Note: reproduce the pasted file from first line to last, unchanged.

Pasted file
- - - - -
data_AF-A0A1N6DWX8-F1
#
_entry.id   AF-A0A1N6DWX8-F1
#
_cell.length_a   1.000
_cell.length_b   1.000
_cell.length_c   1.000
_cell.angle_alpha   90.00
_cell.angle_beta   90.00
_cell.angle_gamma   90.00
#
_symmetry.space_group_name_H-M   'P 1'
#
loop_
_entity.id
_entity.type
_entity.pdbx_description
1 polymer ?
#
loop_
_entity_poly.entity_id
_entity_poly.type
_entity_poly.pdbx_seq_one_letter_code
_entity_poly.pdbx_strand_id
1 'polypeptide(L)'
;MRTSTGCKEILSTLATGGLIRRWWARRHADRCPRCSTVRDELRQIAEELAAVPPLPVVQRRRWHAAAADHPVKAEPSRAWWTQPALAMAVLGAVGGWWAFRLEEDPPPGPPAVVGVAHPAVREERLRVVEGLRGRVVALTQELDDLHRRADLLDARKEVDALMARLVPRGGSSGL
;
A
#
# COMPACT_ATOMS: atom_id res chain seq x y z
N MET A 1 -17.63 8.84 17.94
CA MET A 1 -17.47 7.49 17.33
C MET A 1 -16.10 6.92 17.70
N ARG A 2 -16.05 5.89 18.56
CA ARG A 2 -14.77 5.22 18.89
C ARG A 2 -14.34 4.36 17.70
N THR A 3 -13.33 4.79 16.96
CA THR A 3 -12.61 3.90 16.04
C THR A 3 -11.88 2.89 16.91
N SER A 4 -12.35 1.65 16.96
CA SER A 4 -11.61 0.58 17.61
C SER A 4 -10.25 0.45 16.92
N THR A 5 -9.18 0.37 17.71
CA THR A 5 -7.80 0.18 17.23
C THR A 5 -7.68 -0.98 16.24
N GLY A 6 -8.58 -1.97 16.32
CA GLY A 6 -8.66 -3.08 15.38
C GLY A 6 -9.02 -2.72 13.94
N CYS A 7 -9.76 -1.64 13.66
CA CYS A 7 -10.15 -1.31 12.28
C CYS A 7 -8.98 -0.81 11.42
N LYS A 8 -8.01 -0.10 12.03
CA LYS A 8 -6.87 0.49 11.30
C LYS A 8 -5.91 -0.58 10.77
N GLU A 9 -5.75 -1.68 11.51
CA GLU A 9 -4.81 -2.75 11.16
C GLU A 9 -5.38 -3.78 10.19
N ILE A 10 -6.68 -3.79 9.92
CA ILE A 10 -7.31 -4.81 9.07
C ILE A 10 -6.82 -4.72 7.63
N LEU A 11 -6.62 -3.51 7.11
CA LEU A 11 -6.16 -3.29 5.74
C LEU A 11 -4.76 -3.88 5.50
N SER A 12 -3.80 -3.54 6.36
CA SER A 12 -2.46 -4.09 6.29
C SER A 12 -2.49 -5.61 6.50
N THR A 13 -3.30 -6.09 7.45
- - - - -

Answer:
data_AF-A0A1N6DWX8-F1
#
_entry.id   AF-A0A1N6DWX8-F1
#
_cell.length_a   1.000
_cell.length_b   1.000
_cell.length_c   1.000
_cell.angle_alpha   90.00
_cell.angle_beta   90.00
_cell.angle_gamma   90.00
#
_symmetry.space_group_name_H-M   'P 1'
#
loop_
_entity.id
_entity.type
_entity.pdbx_description
1 polymer ?
#
loop_
_entity_poly.entity_id
_entity_poly.type
_entity_poly.pdbx_seq_one_letter_code
_entity_poly.pdbx_strand_id
1 'polypeptide(L)'
;MRTSTGCKEILSTLATGGLIRRWWARRHADRCPRCSTVRDELRQIAEELAAVPPLPVVQRRRWHAAAADHPVKAEPSRAWWTQPALAMAVLGAVGGWWAFRLEEDPPPGPPAVVGVAHPAVREERLRVVEGLRGRVVALTQELDDLHRRADLLDARKEVDALMARLVPRGGSSGL
;
A
#
# COMPACT_ATOMS: atom_id res chain seq x y z
N MET A 1 -17.63 8.84 17.94
CA MET A 1 -17.47 7.49 17.33
C MET A 1 -16.10 6.92 17.70
N ARG A 2 -16.05 5.89 18.56
CA ARG A 2 -14.77 5.22 18.89
C ARG A 2 -14.34 4.36 17.70
N THR A 3 -13.33 4.79 16.96
CA THR A 3 -12.61 3.90 16.04
C THR A 3 -11.88 2.89 16.91
N SER A 4 -12.35 1.65 16.96
CA SER A 4 -11.61 0.58 17.61
C SER A 4 -10.25 0.45 16.92
N THR A 5 -9.18 0.37 17.71
CA THR A 5 -7.80 0.18 17.23
C THR A 5 -7.68 -0.98 16.24
N GLY A 6 -8.58 -1.97 16.32
CA GLY A 6 -8.66 -3.08 15.38
C GLY A 6 -9.02 -2.72 13.94
N CYS A 7 -9.76 -1.64 13.66
CA CYS A 7 -10.15 -1.31 12.28
C CYS A 7 -8.98 -0.81 11.42
N LYS A 8 -8.01 -0.10 12.03
CA LYS A 8 -6.87 0.49 11.30
C LYS A 8 -5.91 -0.58 10.77
N GLU A 9 -5.75 -1.68 11.51
CA GLU A 9 -4.81 -2.75 11.16
C GLU A 9 -5.38 -3.78 10.19
N ILE A 10 -6.68 -3.79 9.92
CA ILE A 10 -7.31 -4.81 9.07
C ILE A 10 -6.82 -4.72 7.63
N LEU A 11 -6.62 -3.51 7.11
CA LEU A 11 -6.16 -3.29 5.74
C LEU A 11 -4.76 -3.88 5.50
N SER A 12 -3.80 -3.54 6.36
CA SER A 12 -2.46 -4.09 6.29
C SER A 12 -2.49 -5.61 6.50
N THR A 13 -3.30 -6.09 7.45